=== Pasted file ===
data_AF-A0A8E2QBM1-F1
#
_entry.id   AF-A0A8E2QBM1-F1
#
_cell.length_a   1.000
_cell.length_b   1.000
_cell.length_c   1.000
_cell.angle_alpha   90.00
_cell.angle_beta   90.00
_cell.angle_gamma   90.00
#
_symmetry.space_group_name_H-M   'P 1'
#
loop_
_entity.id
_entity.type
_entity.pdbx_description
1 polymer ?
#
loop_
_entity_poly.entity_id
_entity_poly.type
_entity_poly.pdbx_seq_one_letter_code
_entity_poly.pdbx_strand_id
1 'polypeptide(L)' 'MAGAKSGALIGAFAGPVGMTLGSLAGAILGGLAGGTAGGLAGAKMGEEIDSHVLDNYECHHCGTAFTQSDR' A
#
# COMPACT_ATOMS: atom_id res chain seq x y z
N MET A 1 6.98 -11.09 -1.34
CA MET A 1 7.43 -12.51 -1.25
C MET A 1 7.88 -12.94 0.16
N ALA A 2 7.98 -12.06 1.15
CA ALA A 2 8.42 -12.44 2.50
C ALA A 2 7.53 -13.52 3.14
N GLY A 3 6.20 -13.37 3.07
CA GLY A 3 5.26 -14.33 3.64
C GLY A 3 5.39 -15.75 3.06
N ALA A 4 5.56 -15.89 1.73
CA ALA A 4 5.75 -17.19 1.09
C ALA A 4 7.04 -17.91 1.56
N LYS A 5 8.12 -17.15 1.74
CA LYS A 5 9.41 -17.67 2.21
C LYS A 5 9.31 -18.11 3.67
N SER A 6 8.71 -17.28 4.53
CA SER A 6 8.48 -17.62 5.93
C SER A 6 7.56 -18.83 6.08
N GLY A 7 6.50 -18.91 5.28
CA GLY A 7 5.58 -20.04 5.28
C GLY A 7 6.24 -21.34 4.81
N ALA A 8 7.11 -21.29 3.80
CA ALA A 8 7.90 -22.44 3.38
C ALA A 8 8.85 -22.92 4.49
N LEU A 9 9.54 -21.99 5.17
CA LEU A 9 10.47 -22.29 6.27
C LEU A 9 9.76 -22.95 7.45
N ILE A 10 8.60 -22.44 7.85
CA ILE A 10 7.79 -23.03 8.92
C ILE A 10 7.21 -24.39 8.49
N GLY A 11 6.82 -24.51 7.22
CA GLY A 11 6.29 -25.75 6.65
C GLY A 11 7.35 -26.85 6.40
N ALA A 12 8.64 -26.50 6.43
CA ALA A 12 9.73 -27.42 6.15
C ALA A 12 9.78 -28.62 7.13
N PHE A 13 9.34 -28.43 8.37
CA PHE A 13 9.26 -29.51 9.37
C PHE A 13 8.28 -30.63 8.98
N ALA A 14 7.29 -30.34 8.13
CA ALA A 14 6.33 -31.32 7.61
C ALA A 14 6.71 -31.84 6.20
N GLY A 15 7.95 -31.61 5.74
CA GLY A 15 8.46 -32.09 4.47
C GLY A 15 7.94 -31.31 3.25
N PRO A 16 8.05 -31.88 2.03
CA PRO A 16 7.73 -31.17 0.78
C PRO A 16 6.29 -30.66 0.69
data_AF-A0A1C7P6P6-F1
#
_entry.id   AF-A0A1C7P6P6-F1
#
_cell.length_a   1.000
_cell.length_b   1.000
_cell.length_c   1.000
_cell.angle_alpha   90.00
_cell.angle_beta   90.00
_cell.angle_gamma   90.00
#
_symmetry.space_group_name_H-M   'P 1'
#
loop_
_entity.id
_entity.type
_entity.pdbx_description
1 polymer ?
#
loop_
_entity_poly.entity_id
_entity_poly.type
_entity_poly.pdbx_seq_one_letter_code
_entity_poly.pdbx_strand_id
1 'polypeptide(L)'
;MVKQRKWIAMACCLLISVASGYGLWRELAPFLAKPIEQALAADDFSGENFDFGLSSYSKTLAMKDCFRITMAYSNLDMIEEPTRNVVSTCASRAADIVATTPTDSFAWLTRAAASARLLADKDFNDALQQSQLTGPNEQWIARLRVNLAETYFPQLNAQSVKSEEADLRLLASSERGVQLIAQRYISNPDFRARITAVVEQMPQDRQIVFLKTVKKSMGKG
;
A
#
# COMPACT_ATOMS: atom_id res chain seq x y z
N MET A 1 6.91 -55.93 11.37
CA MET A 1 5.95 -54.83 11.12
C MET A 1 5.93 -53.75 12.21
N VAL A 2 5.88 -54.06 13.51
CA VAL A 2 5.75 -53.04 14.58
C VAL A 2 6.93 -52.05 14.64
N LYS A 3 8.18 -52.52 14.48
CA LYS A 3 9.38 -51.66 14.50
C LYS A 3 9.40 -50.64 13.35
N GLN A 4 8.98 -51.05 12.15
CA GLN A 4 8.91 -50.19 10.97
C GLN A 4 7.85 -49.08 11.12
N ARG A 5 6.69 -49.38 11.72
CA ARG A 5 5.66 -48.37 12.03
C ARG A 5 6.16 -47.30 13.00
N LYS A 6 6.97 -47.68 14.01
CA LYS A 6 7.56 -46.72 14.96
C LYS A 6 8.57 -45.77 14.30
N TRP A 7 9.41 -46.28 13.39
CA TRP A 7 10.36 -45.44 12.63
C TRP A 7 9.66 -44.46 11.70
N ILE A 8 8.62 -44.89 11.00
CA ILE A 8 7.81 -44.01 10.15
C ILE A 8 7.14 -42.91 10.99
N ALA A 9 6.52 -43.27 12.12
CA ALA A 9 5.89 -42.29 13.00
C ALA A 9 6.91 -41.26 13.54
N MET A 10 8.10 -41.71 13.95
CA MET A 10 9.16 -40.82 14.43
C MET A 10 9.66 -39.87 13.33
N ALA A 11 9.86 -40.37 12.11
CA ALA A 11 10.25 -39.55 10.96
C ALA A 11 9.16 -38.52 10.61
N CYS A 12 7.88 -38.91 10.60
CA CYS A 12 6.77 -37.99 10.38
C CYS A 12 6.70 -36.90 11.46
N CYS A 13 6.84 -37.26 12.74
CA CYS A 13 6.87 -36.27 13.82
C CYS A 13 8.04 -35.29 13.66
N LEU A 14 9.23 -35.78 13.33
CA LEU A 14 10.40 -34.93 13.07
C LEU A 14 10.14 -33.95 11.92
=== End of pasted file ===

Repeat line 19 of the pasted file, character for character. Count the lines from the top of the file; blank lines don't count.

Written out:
#